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The Role of Imposter Syndrome in Your Career Journey

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Published by Sreya Madanan on 5 February 2024

Feel like a fraud at work despite having great skills? Read this article to understand exactly what you might be going through, what imposter syndrome is, and its role in one’s career, along with strategies to overcome it.

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“I’m not good at my work. I’m a fraud.”
"I'll never be good enough to deserve this."
“I probably just got lucky with this promotion.”

Do you sometimes feel like a fraud at work; wondering when you'll be "found out" as not good enough? You're not alone. Many accomplished professionals struggle with imposter syndrome at some point in their careers.

Imposter syndrome is characterized by persistent self-doubt and anxiety about your abilities, which is usually irrational, in most cases. You may chalk your accomplishments up to luck rather than skill and have an intense fear of failure or making mistakes. This chronic self-doubt can hold you back from reaching your full potential.

In this article, we’ll dive into imposter syndrome, the different types, common characteristics, and most importantly - 10 concrete strategies you can use to overcome self-doubt and anxiety.

Read on to gain confidence, achieve more, and thrive in your career.

What Is Imposter Syndrome?

Coined in 1978 by researchers Pauline Clance and Suzanne Imes, Imposter syndrome describes high-achieving individuals who have persistent self-doubt and anxiety about being "found out" as a fraud or imposter.

Despite outward evidence of competence and success — awards, top performance reviews, praise from colleagues and managers — people with imposter syndrome have difficulty internalizing their achievements.

They often attribute their accomplishments to luck, timing, connections, charm, hard work, or external factors rather than talent or intelligence.

Inside, they feel like an intellectual fraud, afraid of being exposed. They constantly second-guess themselves, dismiss praise, and believe they don’t deserve their roles or responsibilities.

A recent study revealed that as much as about 65% of working professionals worldwide suffer from imposter syndrome at some point in their careers.

Perfectionism, over-preparation, and workaholism frequently accompany imposter syndrome as coping mechanisms to temper fears of failure.

Types of Imposter Syndrome

Imposter syndrome can manifest differently for everyone. Check out the most common archetypes.

The Perfectionist

“I must go over my presentation and make it perfect, no matter what.”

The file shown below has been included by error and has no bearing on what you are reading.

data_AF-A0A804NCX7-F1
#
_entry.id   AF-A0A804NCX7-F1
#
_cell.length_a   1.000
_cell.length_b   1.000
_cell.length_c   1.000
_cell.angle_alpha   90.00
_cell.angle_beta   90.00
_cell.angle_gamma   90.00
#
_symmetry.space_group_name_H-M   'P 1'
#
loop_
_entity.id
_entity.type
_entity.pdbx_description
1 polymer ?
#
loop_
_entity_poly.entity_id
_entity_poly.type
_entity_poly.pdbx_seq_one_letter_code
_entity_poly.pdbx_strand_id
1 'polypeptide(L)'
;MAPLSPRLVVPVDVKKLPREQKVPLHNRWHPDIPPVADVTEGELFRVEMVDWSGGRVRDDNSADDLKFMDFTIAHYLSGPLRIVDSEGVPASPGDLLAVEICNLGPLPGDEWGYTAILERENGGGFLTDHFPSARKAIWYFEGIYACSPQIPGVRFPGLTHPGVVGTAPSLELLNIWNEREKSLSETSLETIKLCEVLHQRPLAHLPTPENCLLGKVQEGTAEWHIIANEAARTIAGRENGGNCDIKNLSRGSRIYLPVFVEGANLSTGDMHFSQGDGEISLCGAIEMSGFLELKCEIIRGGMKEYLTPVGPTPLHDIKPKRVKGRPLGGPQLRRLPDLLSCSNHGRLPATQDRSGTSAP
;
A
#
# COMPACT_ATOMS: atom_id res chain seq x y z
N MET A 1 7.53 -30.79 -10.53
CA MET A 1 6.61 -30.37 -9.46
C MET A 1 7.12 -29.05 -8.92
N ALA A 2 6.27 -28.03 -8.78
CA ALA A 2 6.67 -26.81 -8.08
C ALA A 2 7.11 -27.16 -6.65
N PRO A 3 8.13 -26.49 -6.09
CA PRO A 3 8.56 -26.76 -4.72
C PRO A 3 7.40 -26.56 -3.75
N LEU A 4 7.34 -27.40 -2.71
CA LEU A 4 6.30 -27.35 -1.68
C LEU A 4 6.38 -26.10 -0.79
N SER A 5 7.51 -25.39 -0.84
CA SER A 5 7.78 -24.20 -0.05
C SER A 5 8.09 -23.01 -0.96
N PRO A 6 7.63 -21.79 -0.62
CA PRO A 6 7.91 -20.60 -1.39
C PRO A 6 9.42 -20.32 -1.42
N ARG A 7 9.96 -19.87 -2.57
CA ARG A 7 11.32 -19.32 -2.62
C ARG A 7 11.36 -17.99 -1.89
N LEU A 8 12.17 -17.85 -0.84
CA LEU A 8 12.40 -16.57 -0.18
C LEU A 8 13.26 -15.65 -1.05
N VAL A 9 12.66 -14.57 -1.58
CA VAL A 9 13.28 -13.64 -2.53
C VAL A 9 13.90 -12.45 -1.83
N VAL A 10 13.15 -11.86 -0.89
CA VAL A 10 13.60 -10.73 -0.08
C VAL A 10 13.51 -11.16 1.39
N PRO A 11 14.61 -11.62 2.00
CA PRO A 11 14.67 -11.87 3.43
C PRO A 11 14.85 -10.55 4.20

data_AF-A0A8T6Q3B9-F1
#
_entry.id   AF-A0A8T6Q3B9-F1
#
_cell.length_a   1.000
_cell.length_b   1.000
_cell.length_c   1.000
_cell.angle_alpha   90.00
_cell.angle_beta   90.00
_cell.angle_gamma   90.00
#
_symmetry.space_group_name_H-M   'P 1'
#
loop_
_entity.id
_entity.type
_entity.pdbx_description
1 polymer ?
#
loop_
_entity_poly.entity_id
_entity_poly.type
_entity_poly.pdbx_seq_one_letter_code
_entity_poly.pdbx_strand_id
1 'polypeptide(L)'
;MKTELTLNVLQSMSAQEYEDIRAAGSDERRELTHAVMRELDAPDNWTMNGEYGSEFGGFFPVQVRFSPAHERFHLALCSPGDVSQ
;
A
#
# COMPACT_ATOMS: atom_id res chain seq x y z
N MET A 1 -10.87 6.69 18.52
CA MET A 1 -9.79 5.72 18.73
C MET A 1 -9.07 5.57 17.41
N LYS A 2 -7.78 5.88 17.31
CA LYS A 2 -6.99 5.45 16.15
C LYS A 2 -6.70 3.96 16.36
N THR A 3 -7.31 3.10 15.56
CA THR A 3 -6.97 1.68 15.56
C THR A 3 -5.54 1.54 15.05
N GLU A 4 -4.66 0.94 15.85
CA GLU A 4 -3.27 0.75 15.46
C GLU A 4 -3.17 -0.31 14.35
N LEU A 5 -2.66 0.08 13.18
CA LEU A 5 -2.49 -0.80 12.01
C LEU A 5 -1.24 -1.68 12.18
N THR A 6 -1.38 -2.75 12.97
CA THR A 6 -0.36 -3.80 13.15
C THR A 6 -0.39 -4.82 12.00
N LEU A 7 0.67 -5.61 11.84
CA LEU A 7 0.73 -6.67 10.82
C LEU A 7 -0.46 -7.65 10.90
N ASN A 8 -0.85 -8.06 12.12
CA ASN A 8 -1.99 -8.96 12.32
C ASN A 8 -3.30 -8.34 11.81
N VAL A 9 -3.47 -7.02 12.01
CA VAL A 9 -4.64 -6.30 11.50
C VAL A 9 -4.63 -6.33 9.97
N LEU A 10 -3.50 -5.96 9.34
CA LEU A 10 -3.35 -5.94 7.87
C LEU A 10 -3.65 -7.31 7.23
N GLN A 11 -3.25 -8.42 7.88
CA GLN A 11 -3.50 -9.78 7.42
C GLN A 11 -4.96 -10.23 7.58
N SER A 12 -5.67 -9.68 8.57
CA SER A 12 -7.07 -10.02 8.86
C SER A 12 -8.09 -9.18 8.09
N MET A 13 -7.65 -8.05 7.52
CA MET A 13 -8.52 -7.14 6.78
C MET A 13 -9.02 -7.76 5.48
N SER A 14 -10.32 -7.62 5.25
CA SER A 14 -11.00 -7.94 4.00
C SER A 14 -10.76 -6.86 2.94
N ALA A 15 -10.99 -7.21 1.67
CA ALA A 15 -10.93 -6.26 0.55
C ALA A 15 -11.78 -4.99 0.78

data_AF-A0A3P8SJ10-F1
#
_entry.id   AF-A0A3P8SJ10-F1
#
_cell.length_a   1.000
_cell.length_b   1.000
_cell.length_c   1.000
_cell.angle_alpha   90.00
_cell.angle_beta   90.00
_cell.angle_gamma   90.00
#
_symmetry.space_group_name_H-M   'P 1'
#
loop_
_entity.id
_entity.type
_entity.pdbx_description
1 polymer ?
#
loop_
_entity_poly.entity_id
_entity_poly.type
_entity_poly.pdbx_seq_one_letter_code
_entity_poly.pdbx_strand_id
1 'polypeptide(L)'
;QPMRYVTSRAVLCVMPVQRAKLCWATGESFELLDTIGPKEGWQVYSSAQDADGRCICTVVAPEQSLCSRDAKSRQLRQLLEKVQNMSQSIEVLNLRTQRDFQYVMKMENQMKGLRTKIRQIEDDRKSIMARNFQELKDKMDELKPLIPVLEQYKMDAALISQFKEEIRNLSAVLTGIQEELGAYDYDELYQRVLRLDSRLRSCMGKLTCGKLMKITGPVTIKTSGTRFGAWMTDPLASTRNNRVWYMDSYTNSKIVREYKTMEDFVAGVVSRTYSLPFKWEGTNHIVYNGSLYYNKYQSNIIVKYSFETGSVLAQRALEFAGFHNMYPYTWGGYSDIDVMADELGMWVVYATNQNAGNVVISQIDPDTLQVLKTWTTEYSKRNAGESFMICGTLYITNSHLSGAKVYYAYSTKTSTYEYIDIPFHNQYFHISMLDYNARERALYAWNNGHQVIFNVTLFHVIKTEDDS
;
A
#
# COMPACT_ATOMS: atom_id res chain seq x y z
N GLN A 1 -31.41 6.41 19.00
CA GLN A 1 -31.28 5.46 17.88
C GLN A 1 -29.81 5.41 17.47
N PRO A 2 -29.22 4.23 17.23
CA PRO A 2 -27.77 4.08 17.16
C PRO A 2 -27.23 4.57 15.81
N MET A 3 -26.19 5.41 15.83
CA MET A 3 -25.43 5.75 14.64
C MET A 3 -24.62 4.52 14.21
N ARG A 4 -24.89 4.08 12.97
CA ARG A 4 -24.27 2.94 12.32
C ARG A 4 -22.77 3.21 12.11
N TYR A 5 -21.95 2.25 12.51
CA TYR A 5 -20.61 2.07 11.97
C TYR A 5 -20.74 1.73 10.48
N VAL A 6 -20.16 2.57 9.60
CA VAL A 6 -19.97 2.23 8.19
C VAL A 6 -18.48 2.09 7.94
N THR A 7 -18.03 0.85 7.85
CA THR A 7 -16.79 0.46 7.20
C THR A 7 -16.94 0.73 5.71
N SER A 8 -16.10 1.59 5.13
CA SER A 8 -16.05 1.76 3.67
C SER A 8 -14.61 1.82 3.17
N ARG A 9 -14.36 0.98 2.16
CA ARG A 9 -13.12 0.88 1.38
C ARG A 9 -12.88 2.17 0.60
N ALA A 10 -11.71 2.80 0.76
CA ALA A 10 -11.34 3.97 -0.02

Perfectionists set unreachably high bars, equating mistake-free performance with self-worth. External praise barely registers, while criticism cuts deep, feeding worries that you're not good enough.
The Expert

“Three educational degrees aren’t enough. I have to master this area.”

Knowledge gaps or unfamiliar tasks trigger intense anxiety about being exposed as less knowledgeable than people believe. Experts compulsively over-study to hide any shortcomings.
The Natural Genius

“How can I not know aerospace engineering? I was a topper in school.”

Unlike those who work hard, "natural geniuses" believe intelligence is fixed and effortless. If they struggle to quickly master complex topics, they feel phony and unworthy of rewards.
The Soloist

“I have already nudged my peer thrice. Does he think I’m stupid?”

Soloists think asking for help reveals inadequacy. They dismiss team successes as not individual enough while claiming full ownership of setbacks as proof of deficiency.
The Superhuman

“Sure, I can take other tasks. Doesn’t matter if I stay till late at work.”

Superhumans push themselves relentlessly to maximize productivity. While this earns praise, superhumans feel fraudulent for pursuing unsustainable tracks, fearing a breakdown will expose them.

Characteristics of Imposter Syndrome

Imposter syndrome manifests through various thought patterns and behaviors. Common experiences include:

  • High self-doubt in your skills and abilities despite evidence of high capability
  • Attributing successes to external factors like luck or charm rather than merit
  • Decreased confidence when tackling new challenges
  • Isolating yourself and not collaborating to hide feared inadequacies
  • Perfectionism and detailed over-preparation to manage risk
  • Impossibly high standards, relentless self-criticism
  • Overwork, extended hours, forfeited vacations to keep ahead
  • Intense fear of failure and aversion to risk or promotion opportunities
  • Low self-esteem and significant self-discrepancy between public image and feelings